Girls ‘at risk’ from gang culture

Intelligent and successful young women play an important role in Bermuda’s gang structure, community activist Gina Spence warned yesterday.

Ms Spence, who supports families and communities affected by gun crime, revealed that gangs often try to attract respectable young women to take on tasks that gang members cannot achieve because of their criminal histories.

She urged parents not turn a blind eye to telltale signs that their daughter may be mixed up in the underground world of crime, complete with trappings of flash cars, jewellery, trips abroad and expensive clothes.

The warning came as it emerged that 400 schoolchildren in Bermuda had been identified as being “at risk” of falling into the gang lifestyle.

Ms Spence said: “That figure is disturbing in itself, but some of those who categorised as ‘at risk’ are girls. It’s a huge concern that is reflective of our social fabric in Bermuda and we need to develop a long-term plan to deal with it.”

Ms Spence said that young women in relationships with gang members do not see themselves as being part of a gang.

She said: “They do not even use the word ‘gang’ when they talk about their experiences. Their involvement starts when they fall in love with an individual, but it can end with them playing an active role in helping their boyfriend avoid detection.”

Ms Spence added: “Often gang members will have previous convictions, so women are used to sign rent agreements, set up bank accounts or even move drugs.

“Being with a known gang member also means these women can’t go into certain areas. They know they’d be taking a risk by going to a club or a football match in that area because of who they are with.

“Location always comes up and it can mean that someone from the west can’t go to TCD because of where it is, so the girlfriend does that for them.”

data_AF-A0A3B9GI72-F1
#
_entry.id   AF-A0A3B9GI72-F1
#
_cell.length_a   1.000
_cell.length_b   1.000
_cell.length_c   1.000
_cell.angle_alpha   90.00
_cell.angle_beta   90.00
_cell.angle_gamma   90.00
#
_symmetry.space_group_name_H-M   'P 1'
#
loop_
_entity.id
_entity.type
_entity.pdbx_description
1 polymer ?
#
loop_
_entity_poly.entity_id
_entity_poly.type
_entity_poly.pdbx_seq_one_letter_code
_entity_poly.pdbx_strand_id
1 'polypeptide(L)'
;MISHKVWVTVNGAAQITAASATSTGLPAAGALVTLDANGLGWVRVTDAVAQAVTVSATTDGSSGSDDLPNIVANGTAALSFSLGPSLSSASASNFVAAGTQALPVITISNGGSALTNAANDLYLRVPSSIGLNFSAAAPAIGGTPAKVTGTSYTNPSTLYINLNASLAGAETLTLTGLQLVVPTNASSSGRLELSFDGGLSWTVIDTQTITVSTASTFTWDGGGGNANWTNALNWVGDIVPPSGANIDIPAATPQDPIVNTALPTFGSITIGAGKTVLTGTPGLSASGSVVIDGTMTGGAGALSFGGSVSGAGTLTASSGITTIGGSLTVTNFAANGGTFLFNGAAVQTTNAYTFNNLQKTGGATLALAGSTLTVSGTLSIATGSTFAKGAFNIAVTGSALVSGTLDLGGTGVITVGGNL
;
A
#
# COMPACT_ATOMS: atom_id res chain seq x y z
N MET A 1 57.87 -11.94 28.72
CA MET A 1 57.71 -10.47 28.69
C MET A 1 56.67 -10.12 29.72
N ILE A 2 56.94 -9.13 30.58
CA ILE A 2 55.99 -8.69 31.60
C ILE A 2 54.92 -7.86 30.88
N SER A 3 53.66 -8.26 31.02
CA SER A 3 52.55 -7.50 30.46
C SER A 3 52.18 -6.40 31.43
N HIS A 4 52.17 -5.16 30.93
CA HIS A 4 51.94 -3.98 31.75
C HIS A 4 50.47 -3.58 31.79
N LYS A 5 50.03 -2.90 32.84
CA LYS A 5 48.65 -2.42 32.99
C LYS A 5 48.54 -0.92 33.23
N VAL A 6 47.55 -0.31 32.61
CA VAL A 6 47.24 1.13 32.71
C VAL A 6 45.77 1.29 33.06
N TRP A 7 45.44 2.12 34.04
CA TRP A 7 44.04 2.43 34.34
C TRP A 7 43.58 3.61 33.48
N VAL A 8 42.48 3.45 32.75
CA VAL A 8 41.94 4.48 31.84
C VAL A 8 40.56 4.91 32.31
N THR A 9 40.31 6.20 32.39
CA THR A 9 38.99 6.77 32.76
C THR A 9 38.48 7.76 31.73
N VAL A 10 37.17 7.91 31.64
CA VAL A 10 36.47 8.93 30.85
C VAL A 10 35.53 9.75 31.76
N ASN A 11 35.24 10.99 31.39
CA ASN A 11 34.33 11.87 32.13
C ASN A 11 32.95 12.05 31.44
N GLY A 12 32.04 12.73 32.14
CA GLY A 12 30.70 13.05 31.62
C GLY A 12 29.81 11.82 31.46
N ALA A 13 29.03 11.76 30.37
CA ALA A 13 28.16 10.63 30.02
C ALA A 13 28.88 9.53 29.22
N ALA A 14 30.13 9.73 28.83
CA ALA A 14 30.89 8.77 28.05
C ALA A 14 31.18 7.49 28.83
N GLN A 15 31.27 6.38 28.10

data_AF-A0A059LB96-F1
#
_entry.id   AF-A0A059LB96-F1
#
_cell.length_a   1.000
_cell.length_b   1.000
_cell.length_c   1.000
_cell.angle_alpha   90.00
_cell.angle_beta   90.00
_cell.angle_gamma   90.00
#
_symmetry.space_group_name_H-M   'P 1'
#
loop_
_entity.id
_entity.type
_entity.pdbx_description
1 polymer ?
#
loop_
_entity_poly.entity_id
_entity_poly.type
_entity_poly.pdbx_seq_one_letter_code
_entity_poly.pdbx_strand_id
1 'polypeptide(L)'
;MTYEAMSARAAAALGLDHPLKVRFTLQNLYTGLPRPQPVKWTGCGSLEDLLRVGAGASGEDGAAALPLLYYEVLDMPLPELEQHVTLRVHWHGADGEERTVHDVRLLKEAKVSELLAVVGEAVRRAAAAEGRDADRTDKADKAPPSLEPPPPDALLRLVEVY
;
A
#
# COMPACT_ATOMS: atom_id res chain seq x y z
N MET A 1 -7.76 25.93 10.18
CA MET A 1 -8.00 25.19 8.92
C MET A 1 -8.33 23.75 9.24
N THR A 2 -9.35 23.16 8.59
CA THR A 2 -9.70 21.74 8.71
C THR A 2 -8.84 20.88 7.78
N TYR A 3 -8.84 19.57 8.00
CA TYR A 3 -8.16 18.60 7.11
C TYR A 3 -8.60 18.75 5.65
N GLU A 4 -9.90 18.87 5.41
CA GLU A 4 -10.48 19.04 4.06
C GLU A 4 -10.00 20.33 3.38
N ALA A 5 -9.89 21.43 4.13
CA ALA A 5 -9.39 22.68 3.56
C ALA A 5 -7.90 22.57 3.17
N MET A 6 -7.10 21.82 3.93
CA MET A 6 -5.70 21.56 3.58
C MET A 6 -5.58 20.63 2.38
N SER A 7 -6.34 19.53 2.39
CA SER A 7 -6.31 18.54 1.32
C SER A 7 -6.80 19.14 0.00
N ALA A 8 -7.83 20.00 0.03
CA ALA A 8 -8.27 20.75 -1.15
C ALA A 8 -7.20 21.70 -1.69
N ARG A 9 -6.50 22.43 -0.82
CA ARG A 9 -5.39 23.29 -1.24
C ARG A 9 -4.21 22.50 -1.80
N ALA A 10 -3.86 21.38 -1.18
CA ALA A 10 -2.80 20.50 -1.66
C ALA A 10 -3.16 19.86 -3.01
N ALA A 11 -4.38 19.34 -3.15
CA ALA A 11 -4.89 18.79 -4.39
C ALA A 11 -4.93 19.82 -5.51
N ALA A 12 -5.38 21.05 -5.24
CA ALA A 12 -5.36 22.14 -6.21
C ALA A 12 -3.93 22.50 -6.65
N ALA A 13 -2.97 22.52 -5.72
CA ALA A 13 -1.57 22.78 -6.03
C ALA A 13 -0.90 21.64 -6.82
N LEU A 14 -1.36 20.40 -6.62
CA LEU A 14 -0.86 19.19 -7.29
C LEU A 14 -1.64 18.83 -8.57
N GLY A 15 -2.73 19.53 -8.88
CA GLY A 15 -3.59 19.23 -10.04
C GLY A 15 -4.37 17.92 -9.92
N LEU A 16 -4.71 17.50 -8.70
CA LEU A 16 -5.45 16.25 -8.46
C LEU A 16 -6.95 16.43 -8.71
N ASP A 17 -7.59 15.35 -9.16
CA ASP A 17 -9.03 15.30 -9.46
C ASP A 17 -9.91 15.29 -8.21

Ms Spence told The Royal Gazette that gang members targeted high-achieving professional women because they made “good assets” and do not arouse suspicion.

She said: “Women that carry that professional front bring a lot to the table. Large sums of money can go through their accounts without anyone raising concerns.

“In Bermuda that world can be attractive to girls. For those with guys at the top of the game there are also the trappings of that life such as the jewellery, the cars, and the trips abroad.

“But at the back of their mind is always the risk of getting hurt because of who your boyfriend is, or even seeing your boyfriend being shot. That is there for ever and is just part of their life.”

Ms Spence, whose own family has been affected by gun violence, added she believed that it was difficult for women to walk away from a relationship with a gang member.

She said: “The danger for these women is that they become the gang member’s PA and confidante. They can be put in dangerous situations and they will have access to sensitive information which will make it very difficult for them to get out of the relationship.

“There’s also a huge sexual component to gang culture and an unspoken code whereby girls can get stripes or acceptance into a gang by participating in sexual activities with multiple men.

“A lot of these guys work out and take a lot of pride in their appearance. They carry a vibe and women are attracted to that and are prepared to take the risks that come with being in a relationship with a guy at the top of the chain.”

Through the Champions Programme she runs, Ms Spence has close contact with families and children affected by gang and gun crime in Bermuda.

She has also spoken to young men in prison for crimes related to gang affiliation and rivalries.

Ms Spence said: “Parents who know their daughters are involved in this kind of lifestyle really struggle. They refuse to admit what is going on right in front of them.

“Most people don’t want to have that conversation, but that’s a conversation we have to have to address this problem.

“Our charity, Gina Spence Productions, tries to provide help, support and advice to parents who find themselves in this situation.”

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